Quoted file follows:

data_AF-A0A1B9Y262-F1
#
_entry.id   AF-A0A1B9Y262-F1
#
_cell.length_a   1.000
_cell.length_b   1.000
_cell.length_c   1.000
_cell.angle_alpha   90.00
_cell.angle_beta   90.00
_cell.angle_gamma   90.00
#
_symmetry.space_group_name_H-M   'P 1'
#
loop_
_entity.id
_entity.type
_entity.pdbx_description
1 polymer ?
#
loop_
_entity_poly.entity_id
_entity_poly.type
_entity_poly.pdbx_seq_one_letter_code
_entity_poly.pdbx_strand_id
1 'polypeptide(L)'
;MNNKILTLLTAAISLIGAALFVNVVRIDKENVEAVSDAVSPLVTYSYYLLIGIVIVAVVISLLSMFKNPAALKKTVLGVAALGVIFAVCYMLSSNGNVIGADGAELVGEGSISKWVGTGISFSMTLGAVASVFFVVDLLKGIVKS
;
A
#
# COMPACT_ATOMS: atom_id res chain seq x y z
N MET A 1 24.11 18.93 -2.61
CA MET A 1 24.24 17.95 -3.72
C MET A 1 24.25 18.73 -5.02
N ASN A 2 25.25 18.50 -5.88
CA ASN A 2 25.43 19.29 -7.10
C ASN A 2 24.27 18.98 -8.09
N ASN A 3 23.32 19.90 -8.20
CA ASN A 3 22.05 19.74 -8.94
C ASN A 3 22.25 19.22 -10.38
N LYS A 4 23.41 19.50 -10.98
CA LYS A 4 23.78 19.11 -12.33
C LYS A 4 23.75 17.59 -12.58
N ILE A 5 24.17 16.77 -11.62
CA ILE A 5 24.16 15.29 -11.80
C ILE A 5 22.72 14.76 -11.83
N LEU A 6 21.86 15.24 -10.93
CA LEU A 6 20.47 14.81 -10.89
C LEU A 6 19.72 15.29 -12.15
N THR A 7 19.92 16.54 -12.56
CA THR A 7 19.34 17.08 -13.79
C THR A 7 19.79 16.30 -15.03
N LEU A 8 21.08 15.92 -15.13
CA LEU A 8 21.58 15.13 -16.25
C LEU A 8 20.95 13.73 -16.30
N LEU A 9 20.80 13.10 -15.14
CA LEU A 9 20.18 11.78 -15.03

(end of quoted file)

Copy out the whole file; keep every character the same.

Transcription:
data_AF-A0A1B9Y262-F1
#
_entry.id   AF-A0A1B9Y262-F1
#
_cell.length_a   1.000
_cell.length_b   1.000
_cell.length_c   1.000
_cell.angle_alpha   90.00
_cell.angle_beta   90.00
_cell.angle_gamma   90.00
#
_symmetry.space_group_name_H-M   'P 1'
#
loop_
_entity.id
_entity.type
_entity.pdbx_description
1 polymer ?
#
loop_
_entity_poly.entity_id
_entity_poly.type
_entity_poly.pdbx_seq_one_letter_code
_entity_poly.pdbx_strand_id
1 'polypeptide(L)'
;MNNKILTLLTAAISLIGAALFVNVVRIDKENVEAVSDAVSPLVTYSYYLLIGIVIVAVVISLLSMFKNPAALKKTVLGVAALGVIFAVCYMLSSNGNVIGADGAELVGEGSISKWVGTGISFSMTLGAVASVFFVVDLLKGIVKS
;
A
#
# COMPACT_ATOMS: atom_id res chain seq x y z
N MET A 1 24.11 18.93 -2.61
CA MET A 1 24.24 17.95 -3.72
C MET A 1 24.25 18.73 -5.02
N ASN A 2 25.25 18.50 -5.88
CA ASN A 2 25.43 19.29 -7.10
C ASN A 2 24.27 18.98 -8.09
N ASN A 3 23.32 19.90 -8.20
CA ASN A 3 22.05 19.74 -8.94
C ASN A 3 22.25 19.22 -10.38
N LYS A 4 23.41 19.50 -10.98
CA LYS A 4 23.78 19.11 -12.33
C LYS A 4 23.75 17.59 -12.58
N ILE A 5 24.17 16.77 -11.62
CA ILE A 5 24.16 15.29 -11.80
C ILE A 5 22.72 14.76 -11.83
N LEU A 6 21.86 15.24 -10.93
CA LEU A 6 20.47 14.81 -10.89
C LEU A 6 19.72 15.29 -12.15
N THR A 7 19.92 16.54 -12.56
CA THR A 7 19.34 17.08 -13.79
C THR A 7 19.79 16.30 -15.03
N LEU A 8 21.08 15.92 -15.13
CA LEU A 8 21.58 15.13 -16.25
C LEU A 8 20.95 13.73 -16.30
N LEU A 9 20.80 13.10 -15.14
CA LEU A 9 20.18 11.78 -15.03